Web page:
I don’t draw the line! I drag myself, feel miserable, cry, and then I pick myself back up again because luckily, my little tantrums don’t last forever. I go to therapy and I have supportive people in my life that help me reality check. But I feel awful a lot of the time! And that’s okay. I still consider myself to be a happy, funny person.

There are so many important and beautiful messages in this book, and the one I picked up on the most was the idea of being alone versus the notion of being lonely. And honestly, I still can’t tell whether Coyote Doggirl is lonely or whether she’s just not used to community. Tell me about the way you differentiate between being alone and being lonely.

I’ve always looked up to people who seemed independent and emotionless or cold and like they don’t need anyone else. So in the beginning of the book, Coyote starts out with those same values. Then I think she starts to change over the course of the book. Learning how to ask for help has been one of the greatest lessons in life for me. So while I still admire self-sufficiency, now I think it’s mostly bullshit. It’s okay to show vulnerability.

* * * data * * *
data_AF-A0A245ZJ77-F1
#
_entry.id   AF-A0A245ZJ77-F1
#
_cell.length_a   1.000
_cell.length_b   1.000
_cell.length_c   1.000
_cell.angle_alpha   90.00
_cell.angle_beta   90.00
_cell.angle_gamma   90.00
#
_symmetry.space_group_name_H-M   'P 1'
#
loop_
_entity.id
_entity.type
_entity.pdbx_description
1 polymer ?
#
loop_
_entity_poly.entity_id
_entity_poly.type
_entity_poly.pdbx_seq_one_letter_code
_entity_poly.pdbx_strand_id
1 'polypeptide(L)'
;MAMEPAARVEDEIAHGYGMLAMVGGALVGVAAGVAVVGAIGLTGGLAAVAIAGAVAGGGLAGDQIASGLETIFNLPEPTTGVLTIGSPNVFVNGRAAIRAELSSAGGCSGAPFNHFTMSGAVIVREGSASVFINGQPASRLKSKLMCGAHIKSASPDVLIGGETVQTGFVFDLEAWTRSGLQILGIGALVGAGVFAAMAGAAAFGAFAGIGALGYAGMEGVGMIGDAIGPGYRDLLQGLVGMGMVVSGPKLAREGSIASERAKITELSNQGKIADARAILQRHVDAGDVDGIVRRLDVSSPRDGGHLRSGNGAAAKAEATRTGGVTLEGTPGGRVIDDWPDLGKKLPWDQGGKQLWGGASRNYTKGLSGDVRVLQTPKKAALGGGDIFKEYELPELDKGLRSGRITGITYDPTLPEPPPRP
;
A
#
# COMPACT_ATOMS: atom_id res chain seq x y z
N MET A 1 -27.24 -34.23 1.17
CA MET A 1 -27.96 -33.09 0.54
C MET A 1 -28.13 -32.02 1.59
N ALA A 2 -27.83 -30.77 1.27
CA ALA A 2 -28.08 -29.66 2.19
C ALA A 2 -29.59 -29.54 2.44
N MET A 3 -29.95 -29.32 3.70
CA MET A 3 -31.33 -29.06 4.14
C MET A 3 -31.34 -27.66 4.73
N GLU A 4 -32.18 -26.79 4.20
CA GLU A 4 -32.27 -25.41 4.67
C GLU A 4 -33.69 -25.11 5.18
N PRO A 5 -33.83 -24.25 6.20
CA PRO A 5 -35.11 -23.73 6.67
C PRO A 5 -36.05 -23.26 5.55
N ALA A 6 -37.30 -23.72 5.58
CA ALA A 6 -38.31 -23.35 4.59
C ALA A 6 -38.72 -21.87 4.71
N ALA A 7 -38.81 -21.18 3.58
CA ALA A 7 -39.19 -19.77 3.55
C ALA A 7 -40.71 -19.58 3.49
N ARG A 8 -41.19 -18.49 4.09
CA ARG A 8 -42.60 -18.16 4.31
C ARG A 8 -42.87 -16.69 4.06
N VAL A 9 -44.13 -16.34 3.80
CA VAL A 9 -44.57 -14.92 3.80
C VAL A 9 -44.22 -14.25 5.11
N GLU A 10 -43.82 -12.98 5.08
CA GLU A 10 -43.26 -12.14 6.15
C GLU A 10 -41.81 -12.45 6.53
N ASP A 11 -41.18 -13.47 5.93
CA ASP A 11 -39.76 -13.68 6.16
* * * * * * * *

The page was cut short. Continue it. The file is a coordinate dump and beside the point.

I think we’ve all found ourselves equating isolation to success. I know I related being an island to being an adult for a very long time. When did you realize that asking for help could mean you were still strong? And how do you keep reminding yourself?

My work on BoJack and Tuca & Bertie has forced me to learn how to ask for things. I’d do everything myself if I could, but it’s physically impossible! I have to ask for help every day and learn to trust other people to handle things. And having all those different voices weighing in can make a project so much stronger.

While working on Coyote, there were points where I lost track of whether it was actually a decent comic or not, I was so deep in it. So I reached out to a couple of people to help give me feedback, including a Native sensitivity reader. It felt like a really scary and potentially humiliating favour to ask—I was prepared to throw the whole comic in the trash. But their input made it a better book and helped me feel more confident about finishing it.